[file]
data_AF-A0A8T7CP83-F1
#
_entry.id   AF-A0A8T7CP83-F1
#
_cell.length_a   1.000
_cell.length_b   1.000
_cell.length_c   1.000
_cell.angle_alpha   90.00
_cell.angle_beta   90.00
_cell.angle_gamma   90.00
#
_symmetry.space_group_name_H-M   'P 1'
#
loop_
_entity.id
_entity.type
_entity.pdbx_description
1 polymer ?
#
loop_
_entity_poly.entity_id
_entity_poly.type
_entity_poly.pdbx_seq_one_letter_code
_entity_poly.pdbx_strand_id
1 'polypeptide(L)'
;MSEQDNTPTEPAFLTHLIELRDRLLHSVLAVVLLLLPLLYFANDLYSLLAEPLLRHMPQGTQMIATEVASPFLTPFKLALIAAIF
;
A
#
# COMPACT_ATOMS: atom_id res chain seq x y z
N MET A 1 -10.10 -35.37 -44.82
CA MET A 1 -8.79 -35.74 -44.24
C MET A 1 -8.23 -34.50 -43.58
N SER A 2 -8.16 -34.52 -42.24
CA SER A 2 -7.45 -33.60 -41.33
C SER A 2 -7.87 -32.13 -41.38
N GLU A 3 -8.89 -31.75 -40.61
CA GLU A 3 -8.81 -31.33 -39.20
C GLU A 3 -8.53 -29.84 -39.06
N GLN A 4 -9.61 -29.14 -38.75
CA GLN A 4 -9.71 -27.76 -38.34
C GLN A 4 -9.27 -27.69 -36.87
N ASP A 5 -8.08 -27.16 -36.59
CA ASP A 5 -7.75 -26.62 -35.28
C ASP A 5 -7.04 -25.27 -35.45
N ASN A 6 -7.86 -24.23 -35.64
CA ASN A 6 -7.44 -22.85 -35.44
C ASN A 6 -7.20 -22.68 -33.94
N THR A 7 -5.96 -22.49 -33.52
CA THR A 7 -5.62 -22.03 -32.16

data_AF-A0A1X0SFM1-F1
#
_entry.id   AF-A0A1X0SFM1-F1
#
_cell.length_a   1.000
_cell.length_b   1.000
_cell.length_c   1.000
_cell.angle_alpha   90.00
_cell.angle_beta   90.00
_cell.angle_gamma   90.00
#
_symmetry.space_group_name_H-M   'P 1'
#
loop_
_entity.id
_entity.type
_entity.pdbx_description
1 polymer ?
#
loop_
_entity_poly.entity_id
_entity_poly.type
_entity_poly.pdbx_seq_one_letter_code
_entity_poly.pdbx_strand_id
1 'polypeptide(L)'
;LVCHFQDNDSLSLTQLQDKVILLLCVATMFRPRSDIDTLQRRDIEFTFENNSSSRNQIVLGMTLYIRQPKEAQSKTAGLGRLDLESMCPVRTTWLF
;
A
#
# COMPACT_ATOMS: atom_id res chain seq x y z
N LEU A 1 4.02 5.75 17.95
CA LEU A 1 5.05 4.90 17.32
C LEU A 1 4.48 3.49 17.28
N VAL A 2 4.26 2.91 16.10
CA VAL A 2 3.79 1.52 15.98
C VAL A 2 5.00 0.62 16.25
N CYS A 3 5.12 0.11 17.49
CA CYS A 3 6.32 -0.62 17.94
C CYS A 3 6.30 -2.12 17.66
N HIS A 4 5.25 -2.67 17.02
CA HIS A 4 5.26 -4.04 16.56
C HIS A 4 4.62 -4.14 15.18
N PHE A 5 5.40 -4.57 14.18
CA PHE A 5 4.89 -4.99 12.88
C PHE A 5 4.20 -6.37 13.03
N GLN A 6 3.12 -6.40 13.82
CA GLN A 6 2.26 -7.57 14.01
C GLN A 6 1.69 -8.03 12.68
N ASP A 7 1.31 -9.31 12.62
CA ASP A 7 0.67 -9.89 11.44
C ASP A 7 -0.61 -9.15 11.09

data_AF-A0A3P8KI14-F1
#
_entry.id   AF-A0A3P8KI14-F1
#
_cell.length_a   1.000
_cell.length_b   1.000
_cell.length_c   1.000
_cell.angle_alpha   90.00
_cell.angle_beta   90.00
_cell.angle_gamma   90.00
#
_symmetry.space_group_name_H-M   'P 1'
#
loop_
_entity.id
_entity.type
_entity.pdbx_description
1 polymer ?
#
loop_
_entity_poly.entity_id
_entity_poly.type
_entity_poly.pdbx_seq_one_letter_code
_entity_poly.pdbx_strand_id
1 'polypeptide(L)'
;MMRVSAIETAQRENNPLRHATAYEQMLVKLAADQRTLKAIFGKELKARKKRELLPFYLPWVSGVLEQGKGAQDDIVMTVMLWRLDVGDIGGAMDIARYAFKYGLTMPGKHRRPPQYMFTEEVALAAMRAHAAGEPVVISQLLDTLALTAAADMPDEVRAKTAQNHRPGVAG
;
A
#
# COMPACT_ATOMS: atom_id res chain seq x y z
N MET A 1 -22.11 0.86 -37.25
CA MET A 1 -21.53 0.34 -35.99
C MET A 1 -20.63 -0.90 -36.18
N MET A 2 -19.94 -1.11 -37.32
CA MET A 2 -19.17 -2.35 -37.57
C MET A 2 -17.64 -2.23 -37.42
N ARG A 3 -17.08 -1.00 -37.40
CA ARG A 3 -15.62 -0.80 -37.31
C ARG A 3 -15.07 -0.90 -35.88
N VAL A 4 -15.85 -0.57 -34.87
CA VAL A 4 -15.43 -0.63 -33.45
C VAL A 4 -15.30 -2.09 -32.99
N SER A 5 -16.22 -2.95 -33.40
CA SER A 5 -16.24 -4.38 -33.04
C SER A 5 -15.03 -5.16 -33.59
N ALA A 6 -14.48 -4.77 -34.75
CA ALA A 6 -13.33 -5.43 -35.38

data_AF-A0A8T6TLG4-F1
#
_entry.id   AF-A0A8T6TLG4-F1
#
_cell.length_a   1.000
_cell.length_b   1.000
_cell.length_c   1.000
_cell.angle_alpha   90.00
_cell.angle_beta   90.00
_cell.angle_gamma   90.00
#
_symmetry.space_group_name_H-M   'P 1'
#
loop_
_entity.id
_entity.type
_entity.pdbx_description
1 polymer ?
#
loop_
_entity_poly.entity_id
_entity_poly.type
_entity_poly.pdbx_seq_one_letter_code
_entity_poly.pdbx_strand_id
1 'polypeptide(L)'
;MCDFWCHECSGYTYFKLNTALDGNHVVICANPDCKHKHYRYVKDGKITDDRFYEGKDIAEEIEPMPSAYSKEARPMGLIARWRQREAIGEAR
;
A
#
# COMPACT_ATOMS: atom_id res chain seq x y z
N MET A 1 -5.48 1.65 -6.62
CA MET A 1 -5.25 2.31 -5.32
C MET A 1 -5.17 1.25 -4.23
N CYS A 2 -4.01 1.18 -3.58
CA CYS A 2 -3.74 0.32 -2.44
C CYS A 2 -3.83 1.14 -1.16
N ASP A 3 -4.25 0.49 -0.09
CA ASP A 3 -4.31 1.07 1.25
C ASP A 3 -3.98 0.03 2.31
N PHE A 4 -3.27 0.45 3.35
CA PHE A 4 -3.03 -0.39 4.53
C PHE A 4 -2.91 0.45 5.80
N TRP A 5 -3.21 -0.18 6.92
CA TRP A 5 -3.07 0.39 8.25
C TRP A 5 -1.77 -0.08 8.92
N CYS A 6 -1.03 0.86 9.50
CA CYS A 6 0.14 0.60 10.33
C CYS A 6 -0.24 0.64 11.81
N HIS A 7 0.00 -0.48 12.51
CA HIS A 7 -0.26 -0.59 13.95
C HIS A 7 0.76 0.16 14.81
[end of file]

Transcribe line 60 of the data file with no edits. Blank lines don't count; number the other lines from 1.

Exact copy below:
_cell.angle_gamma   90.00